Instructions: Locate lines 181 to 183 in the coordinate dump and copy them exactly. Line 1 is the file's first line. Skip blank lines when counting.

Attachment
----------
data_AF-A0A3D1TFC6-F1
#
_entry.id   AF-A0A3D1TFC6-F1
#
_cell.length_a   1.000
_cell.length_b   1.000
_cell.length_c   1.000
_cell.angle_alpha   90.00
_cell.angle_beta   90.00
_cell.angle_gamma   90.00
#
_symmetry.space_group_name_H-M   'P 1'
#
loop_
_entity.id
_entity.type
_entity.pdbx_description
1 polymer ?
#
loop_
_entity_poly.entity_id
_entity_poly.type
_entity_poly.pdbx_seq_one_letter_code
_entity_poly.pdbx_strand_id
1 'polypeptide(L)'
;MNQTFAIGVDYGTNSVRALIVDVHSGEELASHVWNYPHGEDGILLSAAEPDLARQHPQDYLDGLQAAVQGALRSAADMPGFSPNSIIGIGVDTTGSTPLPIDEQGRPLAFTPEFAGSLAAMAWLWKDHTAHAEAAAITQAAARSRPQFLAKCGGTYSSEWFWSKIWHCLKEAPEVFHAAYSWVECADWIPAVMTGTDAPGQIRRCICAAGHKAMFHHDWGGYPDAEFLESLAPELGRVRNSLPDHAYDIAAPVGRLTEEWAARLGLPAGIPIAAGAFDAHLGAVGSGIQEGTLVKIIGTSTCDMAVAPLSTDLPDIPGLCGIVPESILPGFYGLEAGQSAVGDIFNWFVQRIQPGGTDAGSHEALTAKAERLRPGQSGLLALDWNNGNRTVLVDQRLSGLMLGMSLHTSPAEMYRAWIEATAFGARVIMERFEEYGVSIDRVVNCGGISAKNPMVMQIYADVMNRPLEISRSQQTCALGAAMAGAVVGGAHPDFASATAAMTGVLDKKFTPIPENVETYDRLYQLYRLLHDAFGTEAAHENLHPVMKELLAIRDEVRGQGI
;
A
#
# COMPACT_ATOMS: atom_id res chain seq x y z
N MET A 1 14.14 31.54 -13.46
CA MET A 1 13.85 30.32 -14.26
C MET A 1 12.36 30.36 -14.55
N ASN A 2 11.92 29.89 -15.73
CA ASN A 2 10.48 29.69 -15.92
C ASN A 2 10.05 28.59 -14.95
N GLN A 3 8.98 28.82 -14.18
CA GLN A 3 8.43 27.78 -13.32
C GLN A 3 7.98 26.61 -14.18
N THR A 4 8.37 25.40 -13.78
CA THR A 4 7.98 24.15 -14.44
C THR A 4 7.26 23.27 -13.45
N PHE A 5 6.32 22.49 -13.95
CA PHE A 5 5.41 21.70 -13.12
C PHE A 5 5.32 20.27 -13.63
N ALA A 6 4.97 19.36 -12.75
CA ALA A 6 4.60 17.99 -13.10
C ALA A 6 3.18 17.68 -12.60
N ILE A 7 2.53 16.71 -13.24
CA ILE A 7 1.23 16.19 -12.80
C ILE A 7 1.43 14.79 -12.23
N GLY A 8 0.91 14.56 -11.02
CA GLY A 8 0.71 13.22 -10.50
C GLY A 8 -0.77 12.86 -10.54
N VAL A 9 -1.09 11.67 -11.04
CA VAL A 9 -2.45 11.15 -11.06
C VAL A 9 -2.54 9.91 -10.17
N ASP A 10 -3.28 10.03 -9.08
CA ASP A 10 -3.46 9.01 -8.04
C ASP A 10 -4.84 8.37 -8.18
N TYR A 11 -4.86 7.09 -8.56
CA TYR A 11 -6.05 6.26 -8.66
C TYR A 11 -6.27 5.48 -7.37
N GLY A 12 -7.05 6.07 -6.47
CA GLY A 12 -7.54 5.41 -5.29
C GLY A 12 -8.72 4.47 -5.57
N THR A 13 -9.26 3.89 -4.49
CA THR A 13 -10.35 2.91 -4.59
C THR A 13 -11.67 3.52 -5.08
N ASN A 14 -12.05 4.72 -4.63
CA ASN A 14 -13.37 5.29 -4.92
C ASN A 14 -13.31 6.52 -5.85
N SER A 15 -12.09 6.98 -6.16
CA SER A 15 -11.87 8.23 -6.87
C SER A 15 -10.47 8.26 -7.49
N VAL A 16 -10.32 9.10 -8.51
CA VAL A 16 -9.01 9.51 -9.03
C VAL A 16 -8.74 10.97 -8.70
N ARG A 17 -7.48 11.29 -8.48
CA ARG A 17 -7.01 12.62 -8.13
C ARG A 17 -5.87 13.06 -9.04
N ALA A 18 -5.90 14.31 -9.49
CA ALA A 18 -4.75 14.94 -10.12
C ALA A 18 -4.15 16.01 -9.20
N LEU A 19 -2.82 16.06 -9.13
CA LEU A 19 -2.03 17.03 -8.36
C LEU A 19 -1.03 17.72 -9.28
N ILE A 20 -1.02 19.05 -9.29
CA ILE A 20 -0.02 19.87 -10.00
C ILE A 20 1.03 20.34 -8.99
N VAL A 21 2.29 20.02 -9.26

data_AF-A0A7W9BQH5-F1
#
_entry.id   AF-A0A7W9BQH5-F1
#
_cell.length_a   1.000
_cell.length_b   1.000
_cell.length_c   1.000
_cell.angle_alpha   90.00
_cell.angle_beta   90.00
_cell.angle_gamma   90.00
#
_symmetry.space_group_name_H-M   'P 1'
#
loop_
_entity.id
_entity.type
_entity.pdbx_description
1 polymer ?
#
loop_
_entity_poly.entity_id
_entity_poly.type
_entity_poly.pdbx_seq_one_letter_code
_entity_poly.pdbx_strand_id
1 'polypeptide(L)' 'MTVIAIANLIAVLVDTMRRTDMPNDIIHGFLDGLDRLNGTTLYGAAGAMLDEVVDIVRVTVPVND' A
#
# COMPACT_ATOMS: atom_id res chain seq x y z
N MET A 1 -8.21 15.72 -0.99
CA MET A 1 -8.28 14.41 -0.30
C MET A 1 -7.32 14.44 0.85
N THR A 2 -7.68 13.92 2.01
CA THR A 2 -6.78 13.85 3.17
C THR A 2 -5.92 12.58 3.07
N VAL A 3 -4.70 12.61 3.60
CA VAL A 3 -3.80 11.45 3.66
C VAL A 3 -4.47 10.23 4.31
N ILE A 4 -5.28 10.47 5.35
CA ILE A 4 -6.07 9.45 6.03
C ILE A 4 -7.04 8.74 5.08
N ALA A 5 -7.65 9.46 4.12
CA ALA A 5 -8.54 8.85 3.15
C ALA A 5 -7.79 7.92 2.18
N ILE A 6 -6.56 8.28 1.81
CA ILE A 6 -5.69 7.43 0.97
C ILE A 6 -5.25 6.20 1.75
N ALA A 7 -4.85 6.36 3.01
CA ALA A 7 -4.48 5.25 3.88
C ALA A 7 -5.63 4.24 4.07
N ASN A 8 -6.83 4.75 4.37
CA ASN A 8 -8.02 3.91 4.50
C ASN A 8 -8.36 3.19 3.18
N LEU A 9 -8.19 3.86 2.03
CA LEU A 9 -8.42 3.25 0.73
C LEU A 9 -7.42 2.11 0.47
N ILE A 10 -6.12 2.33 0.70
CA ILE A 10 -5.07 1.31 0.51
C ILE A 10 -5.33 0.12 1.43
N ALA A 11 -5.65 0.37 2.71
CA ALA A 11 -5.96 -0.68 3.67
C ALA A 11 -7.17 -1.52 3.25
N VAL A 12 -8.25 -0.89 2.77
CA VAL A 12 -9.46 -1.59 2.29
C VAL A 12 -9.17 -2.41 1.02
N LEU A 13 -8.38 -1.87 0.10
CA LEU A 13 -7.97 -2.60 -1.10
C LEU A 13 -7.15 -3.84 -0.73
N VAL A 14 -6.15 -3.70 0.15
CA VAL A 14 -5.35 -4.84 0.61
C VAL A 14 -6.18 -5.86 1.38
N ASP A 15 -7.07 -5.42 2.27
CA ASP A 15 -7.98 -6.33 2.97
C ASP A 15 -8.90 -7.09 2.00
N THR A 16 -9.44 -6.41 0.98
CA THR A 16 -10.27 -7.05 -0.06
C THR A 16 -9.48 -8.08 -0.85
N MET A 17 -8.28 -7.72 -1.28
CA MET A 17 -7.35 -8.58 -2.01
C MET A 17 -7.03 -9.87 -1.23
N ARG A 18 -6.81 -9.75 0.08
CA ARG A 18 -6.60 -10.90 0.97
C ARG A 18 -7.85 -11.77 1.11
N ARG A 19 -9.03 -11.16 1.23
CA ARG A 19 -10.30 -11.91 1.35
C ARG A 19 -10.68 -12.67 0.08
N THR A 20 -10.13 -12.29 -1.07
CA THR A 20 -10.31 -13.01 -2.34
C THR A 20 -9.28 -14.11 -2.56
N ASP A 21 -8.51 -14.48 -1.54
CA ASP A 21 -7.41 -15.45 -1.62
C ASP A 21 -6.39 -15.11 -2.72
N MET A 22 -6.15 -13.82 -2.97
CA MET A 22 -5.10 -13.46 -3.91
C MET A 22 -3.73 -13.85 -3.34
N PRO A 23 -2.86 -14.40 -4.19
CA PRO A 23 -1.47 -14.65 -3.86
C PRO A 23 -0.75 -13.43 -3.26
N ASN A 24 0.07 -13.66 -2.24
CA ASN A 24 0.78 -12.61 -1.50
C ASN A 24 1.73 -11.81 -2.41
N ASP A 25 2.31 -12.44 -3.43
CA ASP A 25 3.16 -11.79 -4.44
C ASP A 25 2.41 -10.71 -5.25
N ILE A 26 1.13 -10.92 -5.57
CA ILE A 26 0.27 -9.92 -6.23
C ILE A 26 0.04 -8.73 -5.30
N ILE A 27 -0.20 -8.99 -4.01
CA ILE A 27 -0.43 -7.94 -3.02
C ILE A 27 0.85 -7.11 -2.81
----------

C ASP A 21 -6.39 -15.11 -2.72
N MET A 22 -6.15 -13.82 -2.97
CA MET A 22 -5.10 -13.46 -3.91